When I was 10 years old my father sat for hours sketching my portrait. We were at the dining room table, light flooding in the big window behind him and illuminating my face. He had such a gentle feathering stroke, smudging the pencil lines for shading, it was memorizing. The attention, focus all on me, made me feel beautiful.
It was a time when I remember him at his most gentle. His hands often working on the engine of a car, painting, welding or chopping wood, were strong and often exposing a scar. I loved to trail the veins of the back of his hand with my tiny fingers and regale in the stories of each injury. I idolised him and wanted to be strong like him, scars and all.
I was a freckly kid. Big cow eyes that looked at the world with adventurous longing.
Our family spent holidays on the farm or camping in the bush, we were always outdoors and exploring. I love the freedom and the beauty, the expansiveness and wildish ways that nature displayed its beauty.
I was in my ELEMENT.
Growing up with two older brothers and the neighbourhood boys we would explore in the Nature reserve behind our property or play in the paddock across the road. A tomboy, I had no idea about make up or how to look nice, nor did I care when I was crawling through the trenches with my gun I’d created with kindling from the woodpile. This wasn’t the place you looked ‘pretty’ nor did it register to me that it should matter. I was blissful.
I was active, happy go lucky kind of kid so when I looked at the finished sketch my dad had lovingly drawn, why did I sink? I didn’t ‘look beautiful’. To me, he had painfully detailed the numerous freckles that ran across my broad nose and around my round cheeks. It brought an unpleasant awareness that I looked different from all the actresses on the movies and TV shows.
Something SHIFTED in me.
I felt different. I had too many freckles. My cheeks were too round. I was so mean to myself. The attacks were relentless.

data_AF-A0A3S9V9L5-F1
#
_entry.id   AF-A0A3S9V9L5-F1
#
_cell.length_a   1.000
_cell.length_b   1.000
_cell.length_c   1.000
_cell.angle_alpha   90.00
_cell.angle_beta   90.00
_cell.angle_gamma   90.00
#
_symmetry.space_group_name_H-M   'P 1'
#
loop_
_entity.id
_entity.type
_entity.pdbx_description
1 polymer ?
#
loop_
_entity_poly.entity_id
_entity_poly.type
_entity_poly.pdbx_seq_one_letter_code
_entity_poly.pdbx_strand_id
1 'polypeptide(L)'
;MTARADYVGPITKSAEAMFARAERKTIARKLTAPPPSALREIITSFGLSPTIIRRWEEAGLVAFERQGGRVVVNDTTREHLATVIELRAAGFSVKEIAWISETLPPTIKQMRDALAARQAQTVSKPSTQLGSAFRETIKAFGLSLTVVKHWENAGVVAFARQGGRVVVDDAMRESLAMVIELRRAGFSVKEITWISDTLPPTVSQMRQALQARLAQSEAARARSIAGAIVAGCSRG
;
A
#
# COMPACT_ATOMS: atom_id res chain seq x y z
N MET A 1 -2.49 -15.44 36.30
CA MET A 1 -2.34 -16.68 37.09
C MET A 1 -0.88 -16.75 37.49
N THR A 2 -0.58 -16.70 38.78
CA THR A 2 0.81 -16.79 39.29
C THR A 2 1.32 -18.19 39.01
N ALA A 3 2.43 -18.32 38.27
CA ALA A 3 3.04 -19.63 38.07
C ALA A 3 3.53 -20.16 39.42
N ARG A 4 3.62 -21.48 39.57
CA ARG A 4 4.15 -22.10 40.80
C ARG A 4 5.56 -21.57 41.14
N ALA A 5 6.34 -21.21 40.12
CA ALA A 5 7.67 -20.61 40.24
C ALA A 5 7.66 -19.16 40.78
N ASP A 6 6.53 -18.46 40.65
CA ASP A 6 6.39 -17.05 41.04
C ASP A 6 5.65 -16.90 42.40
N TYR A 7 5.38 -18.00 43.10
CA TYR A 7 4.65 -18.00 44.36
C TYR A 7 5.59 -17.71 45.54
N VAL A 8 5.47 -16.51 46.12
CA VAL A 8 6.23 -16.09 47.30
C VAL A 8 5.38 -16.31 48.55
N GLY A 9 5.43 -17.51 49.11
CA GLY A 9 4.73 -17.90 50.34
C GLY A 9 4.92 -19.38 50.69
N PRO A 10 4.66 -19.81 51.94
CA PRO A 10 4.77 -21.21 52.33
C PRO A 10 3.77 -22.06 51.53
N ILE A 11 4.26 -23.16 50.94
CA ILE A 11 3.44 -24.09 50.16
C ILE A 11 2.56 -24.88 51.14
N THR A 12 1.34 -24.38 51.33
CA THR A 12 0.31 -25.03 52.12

I didn’t look like the other girls. Nor did I act like them. I started to notice a change in the way the girls acted at school with the boys, the way they would change their appearance. It made me uncomfortable. A sinking feeling that I wasn’t enough. I wasn’t cut the same way. I tried to assimilate but it never felt right. I never felt natural. I knew that I’d never be the ‘pretty girl’. I still hadn’t worked out this make-up and hair thing that transformed the girls into models.
I longed to be outside, climbing the branches of the tall gums on the farm to see how far I could see. I loved the perspective and how things looked different from above. I loved the way the branches of the willow swayed in the wind and they hung over the dam, dipping their branches to the water as if to drink.
It was beautiful. Each tree I loved as a child, as I still do, is so different.
Each had its purpose and place, each was so different in appearance yet so beautiful in the same way they made me feel. I thought early on that this is how we should think of each other person, unique and beautiful in their own way.
The seasons showed me that falling leaves were beautiful as too the spring where new buds would develop and bloom into stunning flowers. Winter often baring all and summer would dry the leaves that I crunched in my hands. I loved how the textures and colours of the leaves changed.
Throughout the years, ‘that desire to be considered beautiful’ sat deep in my psyche but I was stubborn and had developed a hardened exterior, deciding that I’ll embrace my differences. My ‘Nothing bothered me’ armour was strong. I was capable of many things and had a strong-willed attitude to forge my way forward; make my mark. I built my character and confidence within my abilities, my accomplishments and tried to muscle out the feeling of longing to be beautiful.